‘Digital-first’ providers should set up new practices in deprived areas, says NHSE
NHS England (NHSE) has proposed that “digital-first” health providers should set up premises in deprived and “under-doctored” areas, in an effort to reduce health inequalities.
From April 2020, digital-first providers would be able to set up practices in areas of England with doctor shortages through new alternative provider medical services (APMS) contracts if they can demonstrate a “credible plan” for bringing new GPs into the area.
They would be required to ensure the physical part of their service includes the most deprived areas of the Clinical Commissioning Groups (CCG) and must “actively promote their services to the most deprived communities”.
Also, under the plans, when a practice exceeds 1,000-2,000 out-of-area patients in any CCG, its main contract would automatically be disaggregated, and a new primary medical care contract would be awarded in that CCG.
The consultation will run for two months until 23 August.
WHY IT MATTERS
According to NHSE, the development of digital general practice offers the new possibility “to expand GP capacity for patients in an area even when the GP sessions are provided at some distance.
“By targeting under-doctored areas, it could help to bring additional capacity into these areas and deliver improvements in access.”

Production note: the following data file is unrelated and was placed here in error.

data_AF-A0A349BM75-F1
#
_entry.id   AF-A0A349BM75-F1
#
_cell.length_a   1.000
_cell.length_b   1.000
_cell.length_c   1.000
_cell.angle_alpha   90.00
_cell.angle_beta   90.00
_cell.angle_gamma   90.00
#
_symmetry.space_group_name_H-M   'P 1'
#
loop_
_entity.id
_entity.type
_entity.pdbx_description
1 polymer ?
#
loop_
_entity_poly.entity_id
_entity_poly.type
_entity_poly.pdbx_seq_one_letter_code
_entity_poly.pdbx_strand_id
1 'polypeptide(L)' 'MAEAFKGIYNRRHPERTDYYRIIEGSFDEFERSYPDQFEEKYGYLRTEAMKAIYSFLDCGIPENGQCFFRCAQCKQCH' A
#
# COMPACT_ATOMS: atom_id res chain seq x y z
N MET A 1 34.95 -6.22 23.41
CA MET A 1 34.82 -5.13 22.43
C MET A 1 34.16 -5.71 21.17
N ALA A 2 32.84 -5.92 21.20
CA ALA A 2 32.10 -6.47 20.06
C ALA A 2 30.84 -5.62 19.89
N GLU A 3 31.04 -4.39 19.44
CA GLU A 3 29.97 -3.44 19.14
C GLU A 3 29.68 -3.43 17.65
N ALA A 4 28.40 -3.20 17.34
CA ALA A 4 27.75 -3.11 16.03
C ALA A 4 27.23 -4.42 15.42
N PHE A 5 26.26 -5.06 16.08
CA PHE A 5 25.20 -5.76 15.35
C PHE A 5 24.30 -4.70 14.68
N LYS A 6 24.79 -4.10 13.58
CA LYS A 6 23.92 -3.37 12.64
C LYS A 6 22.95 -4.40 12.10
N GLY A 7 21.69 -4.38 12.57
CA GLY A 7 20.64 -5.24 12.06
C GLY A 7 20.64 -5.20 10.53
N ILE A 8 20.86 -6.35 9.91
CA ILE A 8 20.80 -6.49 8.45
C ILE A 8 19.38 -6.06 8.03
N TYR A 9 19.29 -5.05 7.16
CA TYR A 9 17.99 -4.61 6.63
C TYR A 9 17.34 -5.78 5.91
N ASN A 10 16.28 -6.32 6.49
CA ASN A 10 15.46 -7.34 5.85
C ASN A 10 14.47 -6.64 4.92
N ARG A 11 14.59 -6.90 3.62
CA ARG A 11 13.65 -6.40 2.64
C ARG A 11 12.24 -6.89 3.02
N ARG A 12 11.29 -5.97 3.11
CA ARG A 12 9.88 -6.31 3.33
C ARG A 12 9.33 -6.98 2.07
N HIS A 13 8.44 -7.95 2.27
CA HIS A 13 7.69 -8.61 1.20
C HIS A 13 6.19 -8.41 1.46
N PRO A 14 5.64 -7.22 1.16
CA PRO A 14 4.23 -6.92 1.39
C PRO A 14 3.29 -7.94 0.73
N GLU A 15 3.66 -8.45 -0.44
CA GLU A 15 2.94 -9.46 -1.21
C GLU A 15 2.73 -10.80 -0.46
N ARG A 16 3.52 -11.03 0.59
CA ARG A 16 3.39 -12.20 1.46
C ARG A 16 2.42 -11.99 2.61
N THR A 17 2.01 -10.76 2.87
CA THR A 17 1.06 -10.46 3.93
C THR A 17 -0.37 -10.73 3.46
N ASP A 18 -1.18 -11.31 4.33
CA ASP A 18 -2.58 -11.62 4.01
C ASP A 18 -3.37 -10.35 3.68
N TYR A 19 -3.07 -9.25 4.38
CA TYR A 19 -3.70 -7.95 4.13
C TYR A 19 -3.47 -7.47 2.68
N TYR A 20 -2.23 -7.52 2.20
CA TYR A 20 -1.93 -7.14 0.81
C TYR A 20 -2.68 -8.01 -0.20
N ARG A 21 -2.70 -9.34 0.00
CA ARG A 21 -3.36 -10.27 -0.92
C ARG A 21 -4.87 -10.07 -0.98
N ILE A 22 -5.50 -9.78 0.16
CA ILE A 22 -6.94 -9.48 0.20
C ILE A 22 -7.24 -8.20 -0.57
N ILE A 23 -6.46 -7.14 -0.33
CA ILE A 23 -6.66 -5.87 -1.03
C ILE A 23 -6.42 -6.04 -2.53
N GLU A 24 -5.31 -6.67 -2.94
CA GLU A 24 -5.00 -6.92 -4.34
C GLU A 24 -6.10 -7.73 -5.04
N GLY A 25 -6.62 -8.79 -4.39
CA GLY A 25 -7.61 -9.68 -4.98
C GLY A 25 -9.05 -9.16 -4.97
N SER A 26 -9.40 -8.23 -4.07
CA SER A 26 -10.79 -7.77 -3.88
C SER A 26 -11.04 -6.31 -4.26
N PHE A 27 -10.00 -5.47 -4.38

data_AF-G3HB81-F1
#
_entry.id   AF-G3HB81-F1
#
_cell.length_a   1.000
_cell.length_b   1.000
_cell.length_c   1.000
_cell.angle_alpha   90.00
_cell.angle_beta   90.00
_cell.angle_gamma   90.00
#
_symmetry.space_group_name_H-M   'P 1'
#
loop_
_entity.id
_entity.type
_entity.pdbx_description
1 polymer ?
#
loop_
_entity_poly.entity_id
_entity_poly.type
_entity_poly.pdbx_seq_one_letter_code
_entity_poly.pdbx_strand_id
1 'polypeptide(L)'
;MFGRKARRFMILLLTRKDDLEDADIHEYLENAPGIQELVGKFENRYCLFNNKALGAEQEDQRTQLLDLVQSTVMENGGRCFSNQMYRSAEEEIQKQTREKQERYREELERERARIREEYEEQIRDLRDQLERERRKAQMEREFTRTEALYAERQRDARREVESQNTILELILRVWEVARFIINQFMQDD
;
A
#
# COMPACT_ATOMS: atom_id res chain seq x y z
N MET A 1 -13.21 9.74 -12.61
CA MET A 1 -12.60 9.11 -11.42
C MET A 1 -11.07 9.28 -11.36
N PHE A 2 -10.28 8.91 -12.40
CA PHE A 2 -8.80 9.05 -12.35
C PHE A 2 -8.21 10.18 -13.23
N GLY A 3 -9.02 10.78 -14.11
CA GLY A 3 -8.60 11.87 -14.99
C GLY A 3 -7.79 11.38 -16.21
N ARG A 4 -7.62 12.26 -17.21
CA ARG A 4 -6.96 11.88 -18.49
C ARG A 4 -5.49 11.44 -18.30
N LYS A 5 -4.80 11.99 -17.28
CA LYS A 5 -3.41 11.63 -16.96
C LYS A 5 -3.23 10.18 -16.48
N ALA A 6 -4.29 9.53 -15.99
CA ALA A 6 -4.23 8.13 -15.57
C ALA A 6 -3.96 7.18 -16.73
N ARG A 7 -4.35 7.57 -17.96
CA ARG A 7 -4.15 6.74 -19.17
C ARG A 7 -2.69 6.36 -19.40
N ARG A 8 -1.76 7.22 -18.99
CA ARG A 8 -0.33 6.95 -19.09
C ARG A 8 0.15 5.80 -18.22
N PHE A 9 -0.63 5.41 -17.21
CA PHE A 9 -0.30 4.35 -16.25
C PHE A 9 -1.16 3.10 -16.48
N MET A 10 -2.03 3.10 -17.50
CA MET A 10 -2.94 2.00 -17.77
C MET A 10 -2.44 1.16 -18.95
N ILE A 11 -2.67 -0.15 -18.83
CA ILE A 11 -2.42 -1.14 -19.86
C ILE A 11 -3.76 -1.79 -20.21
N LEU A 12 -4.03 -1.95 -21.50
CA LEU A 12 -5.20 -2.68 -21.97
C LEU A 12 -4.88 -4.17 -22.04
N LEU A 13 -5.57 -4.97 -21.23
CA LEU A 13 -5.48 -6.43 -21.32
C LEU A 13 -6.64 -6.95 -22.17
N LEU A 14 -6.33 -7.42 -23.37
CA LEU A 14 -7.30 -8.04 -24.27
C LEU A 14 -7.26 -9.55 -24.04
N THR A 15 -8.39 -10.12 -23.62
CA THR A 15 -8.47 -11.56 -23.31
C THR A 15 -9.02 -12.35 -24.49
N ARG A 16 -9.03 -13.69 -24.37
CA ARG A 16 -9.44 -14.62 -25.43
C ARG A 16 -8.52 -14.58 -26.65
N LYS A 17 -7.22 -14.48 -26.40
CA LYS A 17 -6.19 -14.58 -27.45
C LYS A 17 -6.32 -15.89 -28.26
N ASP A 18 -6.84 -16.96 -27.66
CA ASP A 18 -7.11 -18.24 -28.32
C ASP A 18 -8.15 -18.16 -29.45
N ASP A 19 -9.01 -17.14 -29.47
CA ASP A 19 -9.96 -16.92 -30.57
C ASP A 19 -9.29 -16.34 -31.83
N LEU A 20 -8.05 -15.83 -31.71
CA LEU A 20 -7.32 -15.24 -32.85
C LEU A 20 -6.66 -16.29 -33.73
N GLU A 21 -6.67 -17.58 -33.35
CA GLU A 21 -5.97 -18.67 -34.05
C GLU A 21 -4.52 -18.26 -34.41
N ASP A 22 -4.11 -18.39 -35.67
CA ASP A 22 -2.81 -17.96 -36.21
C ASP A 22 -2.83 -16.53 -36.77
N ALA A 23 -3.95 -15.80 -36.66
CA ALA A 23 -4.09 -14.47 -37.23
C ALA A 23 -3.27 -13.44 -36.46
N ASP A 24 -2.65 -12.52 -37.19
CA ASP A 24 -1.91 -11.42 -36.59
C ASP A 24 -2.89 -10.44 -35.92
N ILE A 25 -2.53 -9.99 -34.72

This, the consultation says, would support wider goals to reduce health inequalities.
THE LARGER TREND
Concerns have been raised about the expansion of GP at Hand, which offers digital services such as video consultations, a virtual symptom checker and chatbot triage.
Local MP Andy Slaughter recently criticised the service for causing financial problems for Hammersmith and Fulham CCG, by distorting patient list size and subsequent funding at its primary practice in Fulham.
The service has more than 50,000 users, of which only 5% are based in the borough. It also recently opened a new service in Birmingham.
ON THE RECORD
“NHSE believe in a digital-first NHS and their new consultation is a sensible step in ensuring it rolls out in a way that best suits patients and allows people to choose the GP practice that works for them,” a Babylon spokesperson said. “It’s also great to see a new plan that will solve concerns around the funding flows between CCGs.”
But Slaughter said: “These proposals may mitigate the most extreme effects of Babylon GP at Hand but don’t tackle the basic objections that this is a relatively untried system that is expanding across the NHS at a pace it dictates itself.”